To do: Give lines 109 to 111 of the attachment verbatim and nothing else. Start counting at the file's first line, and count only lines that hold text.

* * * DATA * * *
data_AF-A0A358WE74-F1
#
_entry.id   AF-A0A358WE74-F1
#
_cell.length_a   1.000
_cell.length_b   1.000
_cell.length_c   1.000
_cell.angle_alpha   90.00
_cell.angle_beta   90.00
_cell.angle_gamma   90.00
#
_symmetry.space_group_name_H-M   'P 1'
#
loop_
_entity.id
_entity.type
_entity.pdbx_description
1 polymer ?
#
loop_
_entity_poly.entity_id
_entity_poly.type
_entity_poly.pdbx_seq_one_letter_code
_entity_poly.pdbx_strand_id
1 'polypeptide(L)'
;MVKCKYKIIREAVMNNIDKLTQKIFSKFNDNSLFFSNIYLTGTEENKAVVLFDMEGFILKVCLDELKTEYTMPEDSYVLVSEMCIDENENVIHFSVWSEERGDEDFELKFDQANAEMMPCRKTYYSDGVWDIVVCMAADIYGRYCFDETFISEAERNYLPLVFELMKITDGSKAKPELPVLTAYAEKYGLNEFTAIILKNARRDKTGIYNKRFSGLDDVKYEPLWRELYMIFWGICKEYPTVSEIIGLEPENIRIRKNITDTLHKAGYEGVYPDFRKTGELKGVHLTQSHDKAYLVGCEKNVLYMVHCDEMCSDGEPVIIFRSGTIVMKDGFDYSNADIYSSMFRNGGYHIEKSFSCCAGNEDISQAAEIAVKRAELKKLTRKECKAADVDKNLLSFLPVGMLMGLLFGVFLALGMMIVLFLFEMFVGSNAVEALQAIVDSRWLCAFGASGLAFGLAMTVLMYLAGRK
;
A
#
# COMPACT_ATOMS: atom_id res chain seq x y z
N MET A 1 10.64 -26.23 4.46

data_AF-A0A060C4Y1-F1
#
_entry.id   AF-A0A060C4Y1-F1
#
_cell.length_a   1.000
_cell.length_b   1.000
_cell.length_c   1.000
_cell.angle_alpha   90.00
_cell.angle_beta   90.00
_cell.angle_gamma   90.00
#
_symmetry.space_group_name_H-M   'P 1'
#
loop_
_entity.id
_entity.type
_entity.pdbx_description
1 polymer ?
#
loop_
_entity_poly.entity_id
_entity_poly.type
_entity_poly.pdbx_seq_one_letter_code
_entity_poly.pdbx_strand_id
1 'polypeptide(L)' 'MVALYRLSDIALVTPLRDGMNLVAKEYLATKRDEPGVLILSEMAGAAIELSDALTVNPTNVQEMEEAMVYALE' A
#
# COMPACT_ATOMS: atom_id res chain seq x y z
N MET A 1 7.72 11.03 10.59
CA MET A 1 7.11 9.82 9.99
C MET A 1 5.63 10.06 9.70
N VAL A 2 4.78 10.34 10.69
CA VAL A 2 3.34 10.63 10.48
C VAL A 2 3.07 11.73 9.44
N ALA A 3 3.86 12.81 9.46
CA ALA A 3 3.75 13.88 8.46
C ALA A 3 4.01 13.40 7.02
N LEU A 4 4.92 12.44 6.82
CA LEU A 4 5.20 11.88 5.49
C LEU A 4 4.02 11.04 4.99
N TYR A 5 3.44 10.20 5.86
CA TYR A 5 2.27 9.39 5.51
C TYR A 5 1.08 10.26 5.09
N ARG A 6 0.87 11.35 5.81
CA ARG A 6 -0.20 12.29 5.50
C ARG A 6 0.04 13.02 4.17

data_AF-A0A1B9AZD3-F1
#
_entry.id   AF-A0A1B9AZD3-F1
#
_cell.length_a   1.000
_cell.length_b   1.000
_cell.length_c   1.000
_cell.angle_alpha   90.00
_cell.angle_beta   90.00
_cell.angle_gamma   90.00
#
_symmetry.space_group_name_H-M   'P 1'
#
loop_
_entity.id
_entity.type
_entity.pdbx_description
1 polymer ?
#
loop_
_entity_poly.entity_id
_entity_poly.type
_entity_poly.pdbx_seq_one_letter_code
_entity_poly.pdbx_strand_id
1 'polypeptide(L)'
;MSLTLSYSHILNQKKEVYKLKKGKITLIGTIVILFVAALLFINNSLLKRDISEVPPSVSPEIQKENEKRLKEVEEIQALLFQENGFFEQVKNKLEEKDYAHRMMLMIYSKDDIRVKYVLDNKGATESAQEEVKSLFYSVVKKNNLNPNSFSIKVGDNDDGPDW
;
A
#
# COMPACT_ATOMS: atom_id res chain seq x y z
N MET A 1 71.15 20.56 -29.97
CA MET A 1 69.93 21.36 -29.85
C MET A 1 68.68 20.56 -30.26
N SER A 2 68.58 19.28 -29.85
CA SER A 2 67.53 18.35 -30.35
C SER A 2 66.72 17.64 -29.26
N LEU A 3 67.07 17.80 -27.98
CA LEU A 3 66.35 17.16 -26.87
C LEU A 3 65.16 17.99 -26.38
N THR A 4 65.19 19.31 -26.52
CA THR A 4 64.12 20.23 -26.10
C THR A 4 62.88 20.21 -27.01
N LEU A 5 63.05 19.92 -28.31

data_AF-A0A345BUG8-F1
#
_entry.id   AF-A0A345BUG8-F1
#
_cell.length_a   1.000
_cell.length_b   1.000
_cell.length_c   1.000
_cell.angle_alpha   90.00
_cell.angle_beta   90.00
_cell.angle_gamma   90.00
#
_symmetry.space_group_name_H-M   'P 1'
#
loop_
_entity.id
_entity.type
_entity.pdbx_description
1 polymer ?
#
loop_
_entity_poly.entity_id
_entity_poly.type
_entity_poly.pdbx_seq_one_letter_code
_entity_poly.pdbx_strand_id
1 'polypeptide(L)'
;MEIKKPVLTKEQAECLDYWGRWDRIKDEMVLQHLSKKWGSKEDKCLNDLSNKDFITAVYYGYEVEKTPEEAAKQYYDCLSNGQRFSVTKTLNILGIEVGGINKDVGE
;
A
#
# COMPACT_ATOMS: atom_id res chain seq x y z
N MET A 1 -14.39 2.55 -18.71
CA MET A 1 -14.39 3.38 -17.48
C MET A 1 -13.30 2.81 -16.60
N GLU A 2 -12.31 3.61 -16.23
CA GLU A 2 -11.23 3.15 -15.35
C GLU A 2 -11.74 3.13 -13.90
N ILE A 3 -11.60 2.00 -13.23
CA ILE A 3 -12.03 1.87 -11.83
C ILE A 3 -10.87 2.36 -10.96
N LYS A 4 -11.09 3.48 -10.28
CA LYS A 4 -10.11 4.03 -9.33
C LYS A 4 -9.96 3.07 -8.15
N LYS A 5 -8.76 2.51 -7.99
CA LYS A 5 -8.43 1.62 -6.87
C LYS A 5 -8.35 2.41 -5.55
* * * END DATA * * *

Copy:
C MET A 1 68.68 20.56 -30.26
N SER A 2 68.58 19.28 -29.85
CA SER A 2 67.53 18.35 -30.35